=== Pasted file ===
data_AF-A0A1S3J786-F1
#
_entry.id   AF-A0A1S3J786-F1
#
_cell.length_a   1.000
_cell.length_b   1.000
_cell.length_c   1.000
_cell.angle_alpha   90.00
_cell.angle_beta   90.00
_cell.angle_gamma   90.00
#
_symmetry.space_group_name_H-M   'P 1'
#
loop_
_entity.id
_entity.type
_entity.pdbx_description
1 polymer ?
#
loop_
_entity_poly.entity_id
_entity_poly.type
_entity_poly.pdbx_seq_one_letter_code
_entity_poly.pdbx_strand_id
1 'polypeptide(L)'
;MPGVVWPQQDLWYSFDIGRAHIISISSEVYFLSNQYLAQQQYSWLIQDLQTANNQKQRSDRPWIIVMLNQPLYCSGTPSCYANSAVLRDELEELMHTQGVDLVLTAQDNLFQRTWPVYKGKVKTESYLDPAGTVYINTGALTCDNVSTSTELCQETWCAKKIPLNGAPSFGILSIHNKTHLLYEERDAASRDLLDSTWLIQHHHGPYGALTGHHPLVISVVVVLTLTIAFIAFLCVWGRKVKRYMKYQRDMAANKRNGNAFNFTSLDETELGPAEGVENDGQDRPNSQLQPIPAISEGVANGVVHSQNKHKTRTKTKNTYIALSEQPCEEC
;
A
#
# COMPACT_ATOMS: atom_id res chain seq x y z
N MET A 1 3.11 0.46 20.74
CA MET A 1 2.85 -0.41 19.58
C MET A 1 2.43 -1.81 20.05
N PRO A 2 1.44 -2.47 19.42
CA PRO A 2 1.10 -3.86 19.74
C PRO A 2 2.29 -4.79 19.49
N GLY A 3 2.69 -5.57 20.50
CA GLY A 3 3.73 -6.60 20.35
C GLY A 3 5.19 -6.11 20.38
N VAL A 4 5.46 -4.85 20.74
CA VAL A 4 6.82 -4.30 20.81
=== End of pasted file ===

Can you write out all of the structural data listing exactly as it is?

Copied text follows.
data_AF-A0A1S3J786-F1
#
_entry.id   AF-A0A1S3J786-F1
#
_cell.length_a   1.000
_cell.length_b   1.000
_cell.length_c   1.000
_cell.angle_alpha   90.00
_cell.angle_beta   90.00
_cell.angle_gamma   90.00
#
_symmetry.space_group_name_H-M   'P 1'
#
loop_
_entity.id
_entity.type
_entity.pdbx_description
1 polymer ?
#
loop_
_entity_poly.entity_id
_entity_poly.type
_entity_poly.pdbx_seq_one_letter_code
_entity_poly.pdbx_strand_id
1 'polypeptide(L)'
;MPGVVWPQQDLWYSFDIGRAHIISISSEVYFLSNQYLAQQQYSWLIQDLQTANNQKQRSDRPWIIVMLNQPLYCSGTPSCYANSAVLRDELEELMHTQGVDLVLTAQDNLFQRTWPVYKGKVKTESYLDPAGTVYINTGALTCDNVSTSTELCQETWCAKKIPLNGAPSFGILSIHNKTHLLYEERDAASRDLLDSTWLIQHHHGPYGALTGHHPLVISVVVVLTLTIAFIAFLCVWGRKVKRYMKYQRDMAANKRNGNAFNFTSLDETELGPAEGVENDGQDRPNSQLQPIPAISEGVANGVVHSQNKHKTRTKTKNTYIALSEQPCEEC
;
A
#
# COMPACT_ATOMS: atom_id res chain seq x y z
N MET A 1 3.11 0.46 20.74
CA MET A 1 2.85 -0.41 19.58
C MET A 1 2.43 -1.81 20.05
N PRO A 2 1.44 -2.47 19.42
CA PRO A 2 1.10 -3.86 19.74
C PRO A 2 2.29 -4.79 19.49
N GLY A 3 2.69 -5.57 20.50
CA GLY A 3 3.73 -6.60 20.35
C GLY A 3 5.19 -6.11 20.38
N VAL A 4 5.46 -4.85 20.74
CA VAL A 4 6.82 -4.30 20.81